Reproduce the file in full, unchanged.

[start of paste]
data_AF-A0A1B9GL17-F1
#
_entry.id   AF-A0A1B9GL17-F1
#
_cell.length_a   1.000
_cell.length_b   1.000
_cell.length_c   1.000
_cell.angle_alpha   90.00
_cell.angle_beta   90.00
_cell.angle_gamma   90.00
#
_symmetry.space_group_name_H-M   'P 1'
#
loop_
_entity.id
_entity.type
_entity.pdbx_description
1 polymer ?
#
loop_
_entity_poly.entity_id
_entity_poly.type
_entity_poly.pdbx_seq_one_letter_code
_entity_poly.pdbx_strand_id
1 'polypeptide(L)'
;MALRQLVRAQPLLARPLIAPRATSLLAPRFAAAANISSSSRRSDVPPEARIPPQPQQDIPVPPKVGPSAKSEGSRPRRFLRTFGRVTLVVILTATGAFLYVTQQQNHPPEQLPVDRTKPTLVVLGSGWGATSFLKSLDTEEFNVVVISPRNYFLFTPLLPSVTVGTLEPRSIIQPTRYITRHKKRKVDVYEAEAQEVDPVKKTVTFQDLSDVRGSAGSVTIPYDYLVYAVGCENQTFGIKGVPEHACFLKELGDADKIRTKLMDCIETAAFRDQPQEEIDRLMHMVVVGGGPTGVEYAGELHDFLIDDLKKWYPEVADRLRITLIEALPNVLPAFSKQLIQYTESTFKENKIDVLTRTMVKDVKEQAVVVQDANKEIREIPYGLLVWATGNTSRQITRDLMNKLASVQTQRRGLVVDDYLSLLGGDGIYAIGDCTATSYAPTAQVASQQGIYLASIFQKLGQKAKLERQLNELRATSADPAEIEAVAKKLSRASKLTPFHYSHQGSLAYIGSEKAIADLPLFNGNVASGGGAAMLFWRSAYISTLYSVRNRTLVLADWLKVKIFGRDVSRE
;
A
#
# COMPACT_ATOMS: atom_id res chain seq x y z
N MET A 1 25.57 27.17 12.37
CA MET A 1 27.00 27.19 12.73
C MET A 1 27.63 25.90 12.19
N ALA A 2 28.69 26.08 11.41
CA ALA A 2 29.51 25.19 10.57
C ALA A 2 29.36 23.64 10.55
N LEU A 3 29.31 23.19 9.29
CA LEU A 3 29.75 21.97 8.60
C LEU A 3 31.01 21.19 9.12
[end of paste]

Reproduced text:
data_AF-A0A1B9GL17-F1
#
_entry.id   AF-A0A1B9GL17-F1
#
_cell.length_a   1.000
_cell.length_b   1.000
_cell.length_c   1.000
_cell.angle_alpha   90.00
_cell.angle_beta   90.00
_cell.angle_gamma   90.00
#
_symmetry.space_group_name_H-M   'P 1'
#
loop_
_entity.id
_entity.type
_entity.pdbx_description
1 polymer ?
#
loop_
_entity_poly.entity_id
_entity_poly.type
_entity_poly.pdbx_seq_one_letter_code
_entity_poly.pdbx_strand_id
1 'polypeptide(L)'
;MALRQLVRAQPLLARPLIAPRATSLLAPRFAAAANISSSSRRSDVPPEARIPPQPQQDIPVPPKVGPSAKSEGSRPRRFLRTFGRVTLVVILTATGAFLYVTQQQNHPPEQLPVDRTKPTLVVLGSGWGATSFLKSLDTEEFNVVVISPRNYFLFTPLLPSVTVGTLEPRSIIQPTRYITRHKKRKVDVYEAEAQEVDPVKKTVTFQDLSDVRGSAGSVTIPYDYLVYAVGCENQTFGIKGVPEHACFLKELGDADKIRTKLMDCIETAAFRDQPQEEIDRLMHMVVVGGGPTGVEYAGELHDFLIDDLKKWYPEVADRLRITLIEALPNVLPAFSKQLIQYTESTFKENKIDVLTRTMVKDVKEQAVVVQDANKEIREIPYGLLVWATGNTSRQITRDLMNKLASVQTQRRGLVVDDYLSLLGGDGIYAIGDCTATSYAPTAQVASQQGIYLASIFQKLGQKAKLERQLNELRATSADPAEIEAVAKKLSRASKLTPFHYSHQGSLAYIGSEKAIADLPLFNGNVASGGGAAMLFWRSAYISTLYSVRNRTLVLADWLKVKIFGRDVSRE
;
A
#
# COMPACT_ATOMS: atom_id res chain seq x y z
N MET A 1 25.57 27.17 12.37
CA MET A 1 27.00 27.19 12.73
C MET A 1 27.63 25.90 12.19
N ALA A 2 28.69 26.08 11.41
CA ALA A 2 29.51 25.19 10.57
C ALA A 2 29.36 23.64 10.55
N LEU A 3 29.31 23.19 9.29
CA LEU A 3 29.75 21.97 8.60
C LEU A 3 31.01 21.19 9.12